Oliver Twist critiques abject poverty from the mean streets of 17th century London

Oliver Twist tells the story of abject poverty from the mean streets of London, England in the early 1800s. Published in serial form from 1837-1839 by Charles Dickens, the story focuses largely on the abuse of indigent orphan Oliver after his years of mistreatment in a private workhouse. Oliver flees the workhouse after being beaten in response to a rebellion among the malnourished orphans. In that request for proper quantities of food, Oliver was chosen by the orphans to ask for more food to ease his famine level hunger.

Oliver Twist 2 (Oliver asking for more food)

Oliver Twist is a largely autobiographical piece written from the point of view of characters with dark and cruel intentions towards the poor and downtrodden. The major action after leaving the orphanage are especially true of Dickens‘ background, though much of the adventure was contrived for the serial reader. Think of the novel as having been written for an audience of television viewers in a time before there was television.

Oliver Twist 3 (Charles Dickens)

Much of the action for this novel occurs when Oliver is roughly 10 to 12 years old. The moralizing that Dickens aims for was to challenge the Victorian age notion that the poor were born to their lot from birth, were essentially born in a criminal status owing to this, and to challenge the injustice of this societal treatment of the poor. Many will recognize this theme from other works of Dickens, with the novella A Christmas Carol as seen on stage and in movie format across many adaptations.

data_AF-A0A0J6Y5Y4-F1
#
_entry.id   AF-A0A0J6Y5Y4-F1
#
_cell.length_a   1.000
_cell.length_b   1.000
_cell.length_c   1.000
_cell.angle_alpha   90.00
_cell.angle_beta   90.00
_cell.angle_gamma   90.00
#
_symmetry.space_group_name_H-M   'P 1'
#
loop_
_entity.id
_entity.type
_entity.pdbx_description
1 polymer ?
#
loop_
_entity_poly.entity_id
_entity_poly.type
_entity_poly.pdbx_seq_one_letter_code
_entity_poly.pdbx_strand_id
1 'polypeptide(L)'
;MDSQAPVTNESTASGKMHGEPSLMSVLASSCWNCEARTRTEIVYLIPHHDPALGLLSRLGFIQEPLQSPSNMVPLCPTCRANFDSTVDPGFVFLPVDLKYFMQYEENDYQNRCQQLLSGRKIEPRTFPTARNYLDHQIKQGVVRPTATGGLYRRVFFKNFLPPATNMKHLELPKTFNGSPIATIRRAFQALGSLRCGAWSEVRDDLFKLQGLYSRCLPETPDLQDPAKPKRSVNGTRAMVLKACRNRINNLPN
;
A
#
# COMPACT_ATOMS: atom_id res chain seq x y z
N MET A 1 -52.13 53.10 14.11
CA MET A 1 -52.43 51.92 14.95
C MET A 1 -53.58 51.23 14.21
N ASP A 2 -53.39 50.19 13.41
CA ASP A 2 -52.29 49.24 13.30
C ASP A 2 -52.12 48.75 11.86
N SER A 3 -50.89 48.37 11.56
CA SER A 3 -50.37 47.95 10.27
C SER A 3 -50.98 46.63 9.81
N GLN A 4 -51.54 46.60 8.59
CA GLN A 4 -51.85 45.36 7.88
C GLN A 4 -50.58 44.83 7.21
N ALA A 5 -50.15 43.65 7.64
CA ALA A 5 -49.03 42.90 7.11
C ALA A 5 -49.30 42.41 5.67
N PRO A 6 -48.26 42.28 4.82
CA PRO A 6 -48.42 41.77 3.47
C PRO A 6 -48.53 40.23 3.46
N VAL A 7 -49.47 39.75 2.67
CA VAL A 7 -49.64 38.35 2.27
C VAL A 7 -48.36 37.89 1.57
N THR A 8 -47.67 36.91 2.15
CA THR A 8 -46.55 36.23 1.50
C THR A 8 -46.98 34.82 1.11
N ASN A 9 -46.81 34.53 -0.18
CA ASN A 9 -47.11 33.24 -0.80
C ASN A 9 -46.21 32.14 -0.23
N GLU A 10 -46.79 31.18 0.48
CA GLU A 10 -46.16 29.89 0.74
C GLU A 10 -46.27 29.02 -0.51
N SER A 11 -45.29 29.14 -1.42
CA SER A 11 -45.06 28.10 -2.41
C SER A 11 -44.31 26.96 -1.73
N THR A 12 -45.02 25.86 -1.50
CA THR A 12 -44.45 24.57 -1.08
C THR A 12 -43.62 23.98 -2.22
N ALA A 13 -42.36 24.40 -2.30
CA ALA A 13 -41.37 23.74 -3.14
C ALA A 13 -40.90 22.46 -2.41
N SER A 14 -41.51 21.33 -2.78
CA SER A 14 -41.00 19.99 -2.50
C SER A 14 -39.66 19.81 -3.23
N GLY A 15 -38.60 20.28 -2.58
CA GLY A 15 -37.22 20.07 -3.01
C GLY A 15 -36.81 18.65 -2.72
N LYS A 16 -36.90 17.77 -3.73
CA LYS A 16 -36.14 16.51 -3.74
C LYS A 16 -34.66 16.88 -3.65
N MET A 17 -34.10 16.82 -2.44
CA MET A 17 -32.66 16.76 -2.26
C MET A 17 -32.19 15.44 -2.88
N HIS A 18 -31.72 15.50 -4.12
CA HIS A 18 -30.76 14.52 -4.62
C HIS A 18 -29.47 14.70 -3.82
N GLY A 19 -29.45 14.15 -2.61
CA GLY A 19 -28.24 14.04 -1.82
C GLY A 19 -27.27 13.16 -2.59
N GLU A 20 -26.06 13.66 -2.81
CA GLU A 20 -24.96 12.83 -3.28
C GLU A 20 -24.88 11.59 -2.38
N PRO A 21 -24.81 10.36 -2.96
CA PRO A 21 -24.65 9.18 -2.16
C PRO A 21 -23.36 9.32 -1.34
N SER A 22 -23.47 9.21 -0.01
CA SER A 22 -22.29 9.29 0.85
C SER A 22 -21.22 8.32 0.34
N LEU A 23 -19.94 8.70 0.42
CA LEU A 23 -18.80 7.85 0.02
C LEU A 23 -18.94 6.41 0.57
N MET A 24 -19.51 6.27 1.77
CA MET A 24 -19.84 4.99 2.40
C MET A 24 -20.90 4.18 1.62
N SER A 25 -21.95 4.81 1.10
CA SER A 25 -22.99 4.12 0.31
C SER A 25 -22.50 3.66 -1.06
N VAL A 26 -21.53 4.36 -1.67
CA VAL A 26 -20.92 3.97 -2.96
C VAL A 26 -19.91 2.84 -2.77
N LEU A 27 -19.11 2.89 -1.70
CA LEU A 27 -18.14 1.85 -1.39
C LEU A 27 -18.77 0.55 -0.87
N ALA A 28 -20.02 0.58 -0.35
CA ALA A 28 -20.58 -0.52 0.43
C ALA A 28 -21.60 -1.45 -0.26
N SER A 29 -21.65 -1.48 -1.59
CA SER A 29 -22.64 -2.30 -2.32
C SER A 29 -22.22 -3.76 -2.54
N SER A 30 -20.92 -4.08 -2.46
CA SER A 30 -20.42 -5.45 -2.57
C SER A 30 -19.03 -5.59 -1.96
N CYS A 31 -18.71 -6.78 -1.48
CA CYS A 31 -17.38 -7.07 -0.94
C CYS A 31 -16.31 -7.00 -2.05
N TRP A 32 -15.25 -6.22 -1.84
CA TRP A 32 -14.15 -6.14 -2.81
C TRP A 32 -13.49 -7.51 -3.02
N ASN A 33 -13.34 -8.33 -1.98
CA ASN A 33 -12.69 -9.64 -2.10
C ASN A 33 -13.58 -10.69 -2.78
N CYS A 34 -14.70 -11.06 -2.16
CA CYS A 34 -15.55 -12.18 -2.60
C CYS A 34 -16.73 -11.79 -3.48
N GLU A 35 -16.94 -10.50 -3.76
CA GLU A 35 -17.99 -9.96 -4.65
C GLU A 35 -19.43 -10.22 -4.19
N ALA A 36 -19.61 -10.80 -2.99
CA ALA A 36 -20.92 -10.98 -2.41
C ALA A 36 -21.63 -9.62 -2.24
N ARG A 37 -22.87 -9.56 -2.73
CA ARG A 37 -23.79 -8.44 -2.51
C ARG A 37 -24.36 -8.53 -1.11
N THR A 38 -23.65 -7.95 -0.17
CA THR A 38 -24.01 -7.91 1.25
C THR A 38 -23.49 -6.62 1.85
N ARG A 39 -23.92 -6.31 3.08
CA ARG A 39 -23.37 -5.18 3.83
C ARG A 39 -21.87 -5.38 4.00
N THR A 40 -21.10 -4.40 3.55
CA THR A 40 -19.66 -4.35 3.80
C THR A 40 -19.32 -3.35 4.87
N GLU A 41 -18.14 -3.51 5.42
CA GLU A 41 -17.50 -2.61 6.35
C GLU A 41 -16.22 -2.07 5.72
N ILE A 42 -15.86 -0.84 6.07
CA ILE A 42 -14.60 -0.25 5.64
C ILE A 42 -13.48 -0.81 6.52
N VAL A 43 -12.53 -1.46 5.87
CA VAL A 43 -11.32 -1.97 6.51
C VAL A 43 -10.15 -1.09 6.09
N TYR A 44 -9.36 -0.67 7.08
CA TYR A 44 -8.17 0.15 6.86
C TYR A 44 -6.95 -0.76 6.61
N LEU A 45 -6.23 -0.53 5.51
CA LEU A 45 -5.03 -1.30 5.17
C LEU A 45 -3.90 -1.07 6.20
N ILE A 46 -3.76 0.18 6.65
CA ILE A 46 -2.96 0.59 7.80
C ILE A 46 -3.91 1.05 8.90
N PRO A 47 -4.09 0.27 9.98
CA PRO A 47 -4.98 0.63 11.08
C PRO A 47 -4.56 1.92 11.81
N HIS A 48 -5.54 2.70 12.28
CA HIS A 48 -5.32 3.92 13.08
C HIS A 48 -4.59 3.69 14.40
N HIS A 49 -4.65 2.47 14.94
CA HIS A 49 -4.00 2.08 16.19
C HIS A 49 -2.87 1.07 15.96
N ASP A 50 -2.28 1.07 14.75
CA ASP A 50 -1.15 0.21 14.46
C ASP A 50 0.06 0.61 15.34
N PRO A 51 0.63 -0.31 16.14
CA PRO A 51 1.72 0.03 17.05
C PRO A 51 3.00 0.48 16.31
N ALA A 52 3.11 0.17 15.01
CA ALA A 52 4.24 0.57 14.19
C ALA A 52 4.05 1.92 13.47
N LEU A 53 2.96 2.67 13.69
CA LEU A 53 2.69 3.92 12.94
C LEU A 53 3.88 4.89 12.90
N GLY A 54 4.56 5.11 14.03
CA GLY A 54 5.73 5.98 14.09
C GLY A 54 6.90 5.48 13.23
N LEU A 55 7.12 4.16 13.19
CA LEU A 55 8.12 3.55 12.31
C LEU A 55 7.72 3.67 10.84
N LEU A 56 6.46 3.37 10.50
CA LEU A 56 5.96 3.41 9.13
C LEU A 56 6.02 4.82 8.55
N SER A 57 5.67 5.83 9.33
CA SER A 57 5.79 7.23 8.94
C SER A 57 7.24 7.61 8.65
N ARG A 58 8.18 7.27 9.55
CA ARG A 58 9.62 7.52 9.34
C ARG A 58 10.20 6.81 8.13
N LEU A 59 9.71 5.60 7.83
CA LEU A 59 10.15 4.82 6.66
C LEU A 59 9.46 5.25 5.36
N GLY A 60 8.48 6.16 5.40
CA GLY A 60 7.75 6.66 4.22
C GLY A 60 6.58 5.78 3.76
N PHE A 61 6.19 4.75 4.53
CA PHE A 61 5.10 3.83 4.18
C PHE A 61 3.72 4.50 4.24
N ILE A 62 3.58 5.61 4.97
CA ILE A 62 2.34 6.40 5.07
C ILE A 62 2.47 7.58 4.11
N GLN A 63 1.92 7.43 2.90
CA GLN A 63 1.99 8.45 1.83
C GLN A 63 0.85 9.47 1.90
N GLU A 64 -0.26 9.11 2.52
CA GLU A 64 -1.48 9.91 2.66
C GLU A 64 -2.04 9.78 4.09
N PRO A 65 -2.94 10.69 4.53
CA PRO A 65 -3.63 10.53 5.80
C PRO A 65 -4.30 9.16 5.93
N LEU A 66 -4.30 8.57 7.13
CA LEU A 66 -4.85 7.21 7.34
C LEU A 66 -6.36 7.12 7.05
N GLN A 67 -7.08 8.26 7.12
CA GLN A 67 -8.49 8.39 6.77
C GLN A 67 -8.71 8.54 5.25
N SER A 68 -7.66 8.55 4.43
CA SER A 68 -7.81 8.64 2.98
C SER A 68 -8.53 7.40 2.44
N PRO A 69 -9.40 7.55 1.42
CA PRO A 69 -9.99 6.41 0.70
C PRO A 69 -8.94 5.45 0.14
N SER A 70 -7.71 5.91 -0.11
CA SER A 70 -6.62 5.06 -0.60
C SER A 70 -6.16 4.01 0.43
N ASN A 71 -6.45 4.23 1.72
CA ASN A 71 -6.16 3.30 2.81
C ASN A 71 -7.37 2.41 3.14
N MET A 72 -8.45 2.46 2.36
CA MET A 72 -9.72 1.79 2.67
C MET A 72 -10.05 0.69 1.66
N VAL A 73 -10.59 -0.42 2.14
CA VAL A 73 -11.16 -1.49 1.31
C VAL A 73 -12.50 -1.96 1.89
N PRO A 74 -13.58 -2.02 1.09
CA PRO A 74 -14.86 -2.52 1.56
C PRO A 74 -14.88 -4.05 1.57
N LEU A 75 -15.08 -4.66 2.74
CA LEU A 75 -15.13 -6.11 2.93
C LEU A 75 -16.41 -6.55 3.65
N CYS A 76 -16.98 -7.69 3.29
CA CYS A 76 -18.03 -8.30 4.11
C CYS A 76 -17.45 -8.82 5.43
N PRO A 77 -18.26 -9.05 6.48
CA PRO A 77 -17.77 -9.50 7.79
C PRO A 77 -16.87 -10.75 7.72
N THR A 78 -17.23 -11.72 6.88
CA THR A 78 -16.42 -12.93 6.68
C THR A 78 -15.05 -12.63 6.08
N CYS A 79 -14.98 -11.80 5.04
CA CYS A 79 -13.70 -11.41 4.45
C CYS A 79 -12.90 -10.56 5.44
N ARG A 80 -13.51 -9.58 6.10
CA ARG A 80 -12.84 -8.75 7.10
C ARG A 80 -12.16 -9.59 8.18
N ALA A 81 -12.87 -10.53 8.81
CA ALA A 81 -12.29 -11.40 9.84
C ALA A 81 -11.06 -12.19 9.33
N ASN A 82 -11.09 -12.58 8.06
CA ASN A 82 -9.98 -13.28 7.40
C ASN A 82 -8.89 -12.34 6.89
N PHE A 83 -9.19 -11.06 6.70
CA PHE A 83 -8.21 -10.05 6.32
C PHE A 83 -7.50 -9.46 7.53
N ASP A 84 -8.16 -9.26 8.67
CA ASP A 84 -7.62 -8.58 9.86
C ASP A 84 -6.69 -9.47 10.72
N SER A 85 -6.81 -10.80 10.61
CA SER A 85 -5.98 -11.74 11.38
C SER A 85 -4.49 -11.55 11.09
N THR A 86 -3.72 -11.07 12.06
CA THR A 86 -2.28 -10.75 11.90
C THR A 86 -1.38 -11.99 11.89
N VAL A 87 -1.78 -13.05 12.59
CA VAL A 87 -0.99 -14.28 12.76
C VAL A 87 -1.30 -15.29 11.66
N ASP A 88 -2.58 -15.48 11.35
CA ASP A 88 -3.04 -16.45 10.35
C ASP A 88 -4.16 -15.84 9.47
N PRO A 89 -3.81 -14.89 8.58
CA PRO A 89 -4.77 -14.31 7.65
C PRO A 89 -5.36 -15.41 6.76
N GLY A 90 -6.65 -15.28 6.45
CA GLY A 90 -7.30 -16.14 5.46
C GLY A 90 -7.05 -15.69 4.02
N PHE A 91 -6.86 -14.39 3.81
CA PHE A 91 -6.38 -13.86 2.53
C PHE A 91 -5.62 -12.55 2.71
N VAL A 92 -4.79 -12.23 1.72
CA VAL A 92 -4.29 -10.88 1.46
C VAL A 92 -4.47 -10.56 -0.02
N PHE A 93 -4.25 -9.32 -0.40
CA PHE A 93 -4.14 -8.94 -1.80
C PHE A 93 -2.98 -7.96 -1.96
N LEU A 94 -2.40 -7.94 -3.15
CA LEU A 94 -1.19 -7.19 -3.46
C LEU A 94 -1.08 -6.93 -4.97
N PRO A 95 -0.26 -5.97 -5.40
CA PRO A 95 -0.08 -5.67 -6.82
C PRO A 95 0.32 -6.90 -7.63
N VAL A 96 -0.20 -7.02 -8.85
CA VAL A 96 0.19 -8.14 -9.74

In Oliver Twist, Oliver joins company with John Dawkins, The Artful Dodger, and Fagin, the head of a group of criminals who teach Oliver to act as a common criminal by picking pockets. Oliver goes out with Charles Bates and the Dodger, struggling with his conscience as he is forced by necessity to act in a thieving, morally objectionable way.

Oliver gains his freedom when rescued by a benefactor, Mr. Brownlow, who notices a resemblance that Oliver bears to a portrait of a young woman in Brownlow’s home. This happenstance bears fruit much later in the larger narrative of bringing the tale to resolution. In the meantime, Fagin has set his crew locate themselves in a new headquarters. Fagin elicits the help of Nancy Sikes to bring Oliver back to the band of criminals in order to continue in this ignoble trade.

Oliver Twist 4(Nancy helping capture Oliver)

Eager to get Oliver completely in his power by entangling the child in deeper aspects of their criminal activity, Fagin convinces Bill Sikes to use Oliver in a major burglary. Taken west of the city, Oliver is used to gain access to a house that is to be robbed through a window. In the resulting scene, Oliver is shot in the confusion of the event while those responsible for the planning make their escape. Oliver is left for dead, though through happenstance survives long enough to be granted assistance by those he would have robbed. Before this assistance, the malfeasance of even these well-to-do benefactors is called into question.